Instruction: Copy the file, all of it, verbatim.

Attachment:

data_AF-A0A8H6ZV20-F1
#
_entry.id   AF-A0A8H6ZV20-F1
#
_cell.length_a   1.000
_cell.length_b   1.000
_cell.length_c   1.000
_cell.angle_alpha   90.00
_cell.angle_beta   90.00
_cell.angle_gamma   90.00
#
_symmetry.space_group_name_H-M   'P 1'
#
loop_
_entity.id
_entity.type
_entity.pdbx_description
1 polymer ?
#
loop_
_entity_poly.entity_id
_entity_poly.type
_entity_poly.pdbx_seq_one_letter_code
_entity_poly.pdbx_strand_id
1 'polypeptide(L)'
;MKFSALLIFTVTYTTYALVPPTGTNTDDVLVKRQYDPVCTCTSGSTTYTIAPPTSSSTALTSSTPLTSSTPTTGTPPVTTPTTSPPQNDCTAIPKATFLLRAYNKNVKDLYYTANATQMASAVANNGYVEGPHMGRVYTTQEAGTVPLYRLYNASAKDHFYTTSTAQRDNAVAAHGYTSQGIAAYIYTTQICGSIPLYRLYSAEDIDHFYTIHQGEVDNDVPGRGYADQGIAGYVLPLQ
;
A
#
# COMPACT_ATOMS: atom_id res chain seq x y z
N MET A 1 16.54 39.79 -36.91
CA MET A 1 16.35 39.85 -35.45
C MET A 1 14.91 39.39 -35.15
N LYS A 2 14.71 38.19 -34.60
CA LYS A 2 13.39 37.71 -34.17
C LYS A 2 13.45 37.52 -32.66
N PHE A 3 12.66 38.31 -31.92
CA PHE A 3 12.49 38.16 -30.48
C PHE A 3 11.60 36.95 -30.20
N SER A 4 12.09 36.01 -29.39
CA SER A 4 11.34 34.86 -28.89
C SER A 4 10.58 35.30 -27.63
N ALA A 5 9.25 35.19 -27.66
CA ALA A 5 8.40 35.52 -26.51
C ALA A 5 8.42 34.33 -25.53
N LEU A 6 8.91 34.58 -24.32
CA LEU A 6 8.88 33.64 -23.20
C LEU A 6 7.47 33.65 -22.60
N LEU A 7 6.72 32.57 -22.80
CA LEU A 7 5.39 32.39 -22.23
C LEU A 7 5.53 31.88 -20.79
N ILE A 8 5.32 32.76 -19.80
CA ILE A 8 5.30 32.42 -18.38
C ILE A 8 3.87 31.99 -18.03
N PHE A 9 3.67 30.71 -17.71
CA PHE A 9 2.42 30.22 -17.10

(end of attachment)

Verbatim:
data_AF-A0A8H6ZV20-F1
#
_entry.id   AF-A0A8H6ZV20-F1
#
_cell.length_a   1.000
_cell.length_b   1.000
_cell.length_c   1.000
_cell.angle_alpha   90.00
_cell.angle_beta   90.00
_cell.angle_gamma   90.00
#
_symmetry.space_group_name_H-M   'P 1'
#
loop_
_entity.id
_entity.type
_entity.pdbx_description
1 polymer ?
#
loop_
_entity_poly.entity_id
_entity_poly.type
_entity_poly.pdbx_seq_one_letter_code
_entity_poly.pdbx_strand_id
1 'polypeptide(L)'
;MKFSALLIFTVTYTTYALVPPTGTNTDDVLVKRQYDPVCTCTSGSTTYTIAPPTSSSTALTSSTPLTSSTPTTGTPPVTTPTTSPPQNDCTAIPKATFLLRAYNKNVKDLYYTANATQMASAVANNGYVEGPHMGRVYTTQEAGTVPLYRLYNASAKDHFYTTSTAQRDNAVAAHGYTSQGIAAYIYTTQICGSIPLYRLYSAEDIDHFYTIHQGEVDNDVPGRGYADQGIAGYVLPLQ
;
A
#
# COMPACT_ATOMS: atom_id res chain seq x y z
N MET A 1 16.54 39.79 -36.91
CA MET A 1 16.35 39.85 -35.45
C MET A 1 14.91 39.39 -35.15
N LYS A 2 14.71 38.19 -34.60
CA LYS A 2 13.39 37.71 -34.17
C LYS A 2 13.45 37.52 -32.66
N PHE A 3 12.66 38.31 -31.92
CA PHE A 3 12.49 38.16 -30.48
C PHE A 3 11.60 36.95 -30.20
N SER A 4 12.09 36.01 -29.39
CA SER A 4 11.34 34.86 -28.89
C SER A 4 10.58 35.30 -27.63
N ALA A 5 9.25 35.19 -27.66
CA ALA A 5 8.40 35.52 -26.51
C ALA A 5 8.42 34.33 -25.53
N LEU A 6 8.91 34.58 -24.32
CA LEU A 6 8.88 33.64 -23.20
C LEU A 6 7.47 33.65 -22.60
N LEU A 7 6.72 32.57 -22.80
CA LEU A 7 5.39 32.39 -22.23
C LEU A 7 5.53 31.88 -20.79
N ILE A 8 5.32 32.76 -19.80
CA ILE A 8 5.30 32.42 -18.38
C ILE A 8 3.87 31.99 -18.03
N PHE A 9 3.67 30.71 -17.71
CA PHE A 9 2.42 30.22 -17.10